Blows to the head that were once considered a relatively harmless result of rough-and-tumble play appear to be sending more kids than ever before to U.S. emergency rooms.
New work published in the May 13 issue of JAMA The Journal of the American Medical Association finds that head injuries led an estimated 2.5 million people to visit a U.S. emergency room in 2010. About one third of the cases were children, with most ER visits sparked by falls or some collision involving the head. The study adds to a growing body of data that suggests mild traumatic brain injury (TBI) is a larger public health problem than physicians previously knew.
U.S. emergency room visits for TBIs shot upward by almost 30 percent between 2006 and 2010. The majority of these incidents were coded in medical records as either concussion or unspecified head injury. The incidence of these TBIs climbed upward in every age group but children under three years old and adults over 60 showed the largest increases in TBI rates during that period, according to the study.
The authors note that the rapid increase in these injuries is likely due to increased public awareness of TBI exposure, better diagnosis or both. This study did not tease out if the head blows came from athletic or nonathletic activity (such as falls around the house) but other findings have noted the alarming incidence of such injuries in youth playing sports.
Most of the head injuries included in this study were listed as relatively minor and patients were typically discharged quickly. Unfortunately, that does not mean patients’ problems ended when they left the hospital. Diagnosing concussion remains a struggle for clinicians because brain scans are often inconclusive. Unraveling how potential preexisting genetic or environmental conditions could elevate concussion risk or affect how scans should be interpreted also remains a significant problem. “We still don’t have many objective measures, at least in the emergency department, to help us say you did sustain a mild TBI even though your CT scan is negative,” says study author Jennifer Marin, a pediatric emergency physician at Children’s Hospital of Pittsburgh. “Explaining the concept of cognitive rest [for recovering from injury] is difficult when you can’t show an image of how the brain has been injured.” Months after a concussion, patients may still have lingering symptoms including headaches and inability to concentrate—even when initial brain scans reveal nothing. Moreover, suffering just one concussion elevates the risk of suffering another and may make it more challenging to recover from future jolts to the head.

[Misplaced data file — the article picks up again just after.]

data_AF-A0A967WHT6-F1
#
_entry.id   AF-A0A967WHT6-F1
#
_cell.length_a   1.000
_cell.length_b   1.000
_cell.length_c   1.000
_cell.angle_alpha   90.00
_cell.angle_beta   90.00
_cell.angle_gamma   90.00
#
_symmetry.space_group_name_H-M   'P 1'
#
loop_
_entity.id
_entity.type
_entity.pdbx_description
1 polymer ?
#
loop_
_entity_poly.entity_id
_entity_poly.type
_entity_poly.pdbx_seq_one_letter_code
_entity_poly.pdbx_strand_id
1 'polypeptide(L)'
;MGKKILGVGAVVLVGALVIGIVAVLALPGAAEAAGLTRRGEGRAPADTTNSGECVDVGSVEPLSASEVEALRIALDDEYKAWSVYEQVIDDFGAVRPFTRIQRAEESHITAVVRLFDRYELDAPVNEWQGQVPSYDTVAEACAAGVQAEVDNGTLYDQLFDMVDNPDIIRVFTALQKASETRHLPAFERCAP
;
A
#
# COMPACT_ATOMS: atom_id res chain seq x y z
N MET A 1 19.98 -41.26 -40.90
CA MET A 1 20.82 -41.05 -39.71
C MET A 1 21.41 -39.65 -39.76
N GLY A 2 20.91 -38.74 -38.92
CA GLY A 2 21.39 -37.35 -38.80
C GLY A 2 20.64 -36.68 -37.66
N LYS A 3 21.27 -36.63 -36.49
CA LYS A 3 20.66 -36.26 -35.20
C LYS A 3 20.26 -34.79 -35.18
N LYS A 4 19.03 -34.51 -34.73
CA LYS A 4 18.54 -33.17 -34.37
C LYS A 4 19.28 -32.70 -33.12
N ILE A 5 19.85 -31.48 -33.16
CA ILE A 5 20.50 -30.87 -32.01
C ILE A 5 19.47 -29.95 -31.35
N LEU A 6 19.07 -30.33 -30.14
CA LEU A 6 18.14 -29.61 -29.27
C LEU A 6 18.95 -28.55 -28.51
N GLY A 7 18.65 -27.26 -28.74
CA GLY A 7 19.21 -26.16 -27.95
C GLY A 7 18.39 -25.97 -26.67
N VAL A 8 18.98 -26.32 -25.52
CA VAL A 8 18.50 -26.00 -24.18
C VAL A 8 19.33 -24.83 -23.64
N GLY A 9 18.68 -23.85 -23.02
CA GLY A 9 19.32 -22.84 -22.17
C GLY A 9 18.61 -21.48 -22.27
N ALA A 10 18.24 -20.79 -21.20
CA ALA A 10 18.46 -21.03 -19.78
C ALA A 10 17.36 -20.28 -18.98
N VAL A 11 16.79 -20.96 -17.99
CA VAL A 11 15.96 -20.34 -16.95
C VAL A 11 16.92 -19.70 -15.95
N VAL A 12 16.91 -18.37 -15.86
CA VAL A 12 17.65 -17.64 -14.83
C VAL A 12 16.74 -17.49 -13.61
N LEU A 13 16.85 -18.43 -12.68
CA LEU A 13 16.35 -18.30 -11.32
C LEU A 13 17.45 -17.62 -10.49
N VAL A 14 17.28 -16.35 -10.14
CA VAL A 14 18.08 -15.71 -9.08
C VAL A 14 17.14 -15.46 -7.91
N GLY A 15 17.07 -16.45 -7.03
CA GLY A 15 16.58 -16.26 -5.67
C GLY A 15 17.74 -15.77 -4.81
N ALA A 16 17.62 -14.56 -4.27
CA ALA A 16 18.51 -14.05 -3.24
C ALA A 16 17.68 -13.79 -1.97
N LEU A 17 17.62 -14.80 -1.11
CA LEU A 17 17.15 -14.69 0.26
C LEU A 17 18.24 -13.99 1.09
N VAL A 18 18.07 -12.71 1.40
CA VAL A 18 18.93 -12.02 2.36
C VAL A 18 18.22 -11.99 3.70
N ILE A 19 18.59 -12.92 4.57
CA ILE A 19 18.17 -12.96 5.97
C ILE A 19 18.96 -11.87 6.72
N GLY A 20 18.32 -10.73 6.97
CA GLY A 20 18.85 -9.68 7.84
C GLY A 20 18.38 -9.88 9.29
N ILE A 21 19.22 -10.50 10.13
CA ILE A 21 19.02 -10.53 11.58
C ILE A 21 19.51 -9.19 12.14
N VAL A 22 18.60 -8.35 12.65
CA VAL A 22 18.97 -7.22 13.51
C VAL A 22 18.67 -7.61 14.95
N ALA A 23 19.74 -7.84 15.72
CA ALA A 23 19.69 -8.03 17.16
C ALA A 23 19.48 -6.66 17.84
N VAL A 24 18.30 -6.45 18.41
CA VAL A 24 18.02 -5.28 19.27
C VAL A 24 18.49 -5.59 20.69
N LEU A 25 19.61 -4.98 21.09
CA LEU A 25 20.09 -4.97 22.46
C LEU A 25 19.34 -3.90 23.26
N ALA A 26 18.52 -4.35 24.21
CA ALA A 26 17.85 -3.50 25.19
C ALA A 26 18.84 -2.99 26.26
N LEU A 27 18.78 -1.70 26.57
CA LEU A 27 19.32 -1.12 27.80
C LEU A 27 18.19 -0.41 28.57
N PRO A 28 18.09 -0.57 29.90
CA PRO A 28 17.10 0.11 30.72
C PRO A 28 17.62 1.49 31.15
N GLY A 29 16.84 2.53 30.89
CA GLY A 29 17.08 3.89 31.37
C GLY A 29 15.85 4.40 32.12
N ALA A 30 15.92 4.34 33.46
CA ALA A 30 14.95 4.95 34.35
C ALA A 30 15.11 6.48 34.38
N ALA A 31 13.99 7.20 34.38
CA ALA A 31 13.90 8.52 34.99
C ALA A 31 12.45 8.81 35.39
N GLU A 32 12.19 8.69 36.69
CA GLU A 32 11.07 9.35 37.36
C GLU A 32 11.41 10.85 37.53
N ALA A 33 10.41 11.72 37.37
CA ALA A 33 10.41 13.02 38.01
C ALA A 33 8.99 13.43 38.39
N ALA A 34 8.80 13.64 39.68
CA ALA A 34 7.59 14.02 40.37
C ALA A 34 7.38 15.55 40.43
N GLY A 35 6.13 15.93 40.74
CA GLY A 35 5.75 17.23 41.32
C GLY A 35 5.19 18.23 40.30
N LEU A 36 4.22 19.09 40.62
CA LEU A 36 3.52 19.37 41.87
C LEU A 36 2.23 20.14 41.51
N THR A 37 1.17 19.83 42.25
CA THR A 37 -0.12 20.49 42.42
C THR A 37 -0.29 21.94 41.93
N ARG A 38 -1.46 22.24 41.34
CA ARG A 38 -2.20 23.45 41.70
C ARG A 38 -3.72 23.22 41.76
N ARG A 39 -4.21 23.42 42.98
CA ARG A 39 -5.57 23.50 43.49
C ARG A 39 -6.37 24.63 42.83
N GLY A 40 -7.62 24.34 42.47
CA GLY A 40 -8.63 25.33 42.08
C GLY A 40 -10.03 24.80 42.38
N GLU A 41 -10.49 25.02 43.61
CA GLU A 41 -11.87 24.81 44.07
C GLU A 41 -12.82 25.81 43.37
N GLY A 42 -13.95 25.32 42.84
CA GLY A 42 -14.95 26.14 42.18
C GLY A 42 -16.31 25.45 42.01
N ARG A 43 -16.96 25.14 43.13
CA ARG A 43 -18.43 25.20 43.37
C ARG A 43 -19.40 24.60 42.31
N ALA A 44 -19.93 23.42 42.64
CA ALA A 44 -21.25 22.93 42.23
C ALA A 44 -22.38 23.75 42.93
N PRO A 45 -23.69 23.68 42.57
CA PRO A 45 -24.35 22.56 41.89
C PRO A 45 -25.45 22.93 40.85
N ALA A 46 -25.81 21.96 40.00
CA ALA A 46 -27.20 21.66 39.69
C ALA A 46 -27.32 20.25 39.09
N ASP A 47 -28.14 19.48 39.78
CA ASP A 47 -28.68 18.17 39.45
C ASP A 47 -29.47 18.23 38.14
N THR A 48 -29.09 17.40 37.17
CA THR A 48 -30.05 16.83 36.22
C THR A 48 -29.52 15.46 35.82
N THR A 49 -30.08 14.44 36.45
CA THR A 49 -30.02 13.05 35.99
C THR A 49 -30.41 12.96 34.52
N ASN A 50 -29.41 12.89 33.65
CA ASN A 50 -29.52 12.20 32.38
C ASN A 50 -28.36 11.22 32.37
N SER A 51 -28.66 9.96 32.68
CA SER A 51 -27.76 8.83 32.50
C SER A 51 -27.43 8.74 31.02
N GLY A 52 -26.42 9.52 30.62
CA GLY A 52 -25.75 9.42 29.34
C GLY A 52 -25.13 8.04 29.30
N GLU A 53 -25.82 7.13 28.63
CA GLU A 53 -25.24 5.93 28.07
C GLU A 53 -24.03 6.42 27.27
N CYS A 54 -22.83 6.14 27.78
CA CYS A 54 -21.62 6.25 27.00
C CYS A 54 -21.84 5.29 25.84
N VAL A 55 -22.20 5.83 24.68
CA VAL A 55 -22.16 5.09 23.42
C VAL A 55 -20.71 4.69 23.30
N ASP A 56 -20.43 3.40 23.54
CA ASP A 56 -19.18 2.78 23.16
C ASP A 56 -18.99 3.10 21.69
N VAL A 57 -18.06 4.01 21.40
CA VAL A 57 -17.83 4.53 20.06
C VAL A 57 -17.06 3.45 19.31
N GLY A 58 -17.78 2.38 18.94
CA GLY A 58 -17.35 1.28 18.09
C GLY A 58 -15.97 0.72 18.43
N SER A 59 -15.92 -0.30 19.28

The work was released alongside another study in JAMA that found that National Collegiate Athletic Association Division I football players, irrespective of their concussion diagnosis, have shrunken hippocampal volume on average compared with healthy nonplayers. Football players with a longer history of play (and presumably more opportunities for blows to the head) showed even more reduced hippocampal volume. The hippocampus, located inside the brain, helps with such mental work as memory and spatial reasoning. But the study co-authors, led by Rashmi Singh of the Laureate Institute for Brain Research, Tulsa, Okla., note that they still cannot discern what the reduced volumes mean for long-term cognitive function in these individuals.
Compared with 25 nonathletes with no history of concussion, players with a history of concussion had hippocampal volumes in both hemispheres of their brains that appeared about 25 percent smaller than those of healthy nonathletes. Meanwhile, players without a history of diagnosed concussion also had hippocampal volumes about 15 percent smaller than those healthy nonathletes. (This is noteworthy because players tend to underreport concussion symptoms.) More football experience also generally correlated with slower reaction time on cognitive tests. Exactly how to interpret the implications of the reduced brain mass or connect the dots to respective head injuries remains uncertain because there was little available baseline data for the studied players. So, the “snapshots” of these brains fail to provide a time line of football experience and hippocampal damage.
Still, it’s clear that none of this is good news. At the hospital, Marin says, “we stabilize patients but then they go home and a lot of them will experience complications down the line.”